Wet'suwet'en hereditary chiefs agree to seven days of discussions with B.C. government
Neither the B.C. NDP government nor a group of Wet'suwet'en hereditary chiefs have conceded any ground in their dispute over the $6.6-billion Coastal GasLink pipeline.
But today, eight hereditary chiefs issued a statement that they have agreed to enter into seven days of discussions with the province to try to de-escalate an ongoing conflict over the project.
The 670-kilometre pipeline is key part of a $40-billion infrastructure development that includes a liquefied natural gas plant near Kitimat.
"The discussion table will be known as 'Wiggus', the Wet'suwet'en word for respect," the hereditary chiefs stated. "In the landmark Supreme Court decision of Delgamuukw Gisday'wa Wiggus is was defined as 'respect for all living beings, starting with oneself'."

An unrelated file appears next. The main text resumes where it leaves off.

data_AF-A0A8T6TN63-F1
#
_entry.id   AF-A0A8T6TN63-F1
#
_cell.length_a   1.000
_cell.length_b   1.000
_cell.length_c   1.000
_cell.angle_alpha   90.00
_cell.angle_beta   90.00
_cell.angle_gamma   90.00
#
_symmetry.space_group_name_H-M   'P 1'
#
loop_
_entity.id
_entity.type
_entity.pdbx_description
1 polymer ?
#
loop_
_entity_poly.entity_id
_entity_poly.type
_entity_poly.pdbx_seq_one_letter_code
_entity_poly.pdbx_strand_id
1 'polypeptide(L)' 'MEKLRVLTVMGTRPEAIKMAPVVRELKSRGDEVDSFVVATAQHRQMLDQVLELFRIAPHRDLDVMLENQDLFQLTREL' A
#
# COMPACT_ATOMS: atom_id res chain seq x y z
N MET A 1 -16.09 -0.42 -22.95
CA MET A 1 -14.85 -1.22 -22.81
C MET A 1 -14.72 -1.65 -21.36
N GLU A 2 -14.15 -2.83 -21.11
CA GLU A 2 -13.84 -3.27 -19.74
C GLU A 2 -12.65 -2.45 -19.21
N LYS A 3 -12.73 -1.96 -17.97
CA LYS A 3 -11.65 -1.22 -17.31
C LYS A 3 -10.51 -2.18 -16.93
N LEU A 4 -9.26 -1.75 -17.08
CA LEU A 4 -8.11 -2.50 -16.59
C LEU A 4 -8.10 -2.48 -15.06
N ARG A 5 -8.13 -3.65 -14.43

Chief Madeek, Chief Gisday'wa, Chief Woos, Chief Hagwilnegh, Chief Tsa'ghots, Chief Na'Moks, Chief Lay'oh, and Chief Kloum Khun all pledged to maintain their commitment to peace and to pursue all avenues available to achieve a peaceful resolution.
The announcement came after Premier John Horgan appointed former Skeena–Bulkley Valley NDP MP Nathan Cullen as liaison to the hereditary chiefs.
The premier's office issued a statement saying it welcomes the decision by the Wet'suwet'en hereditary chiefs to join the province at a Wiggus/Respect table.
Normally, statements from the premier's office are attributed to Horgan but in this instance, his name did not appear anywhere on it.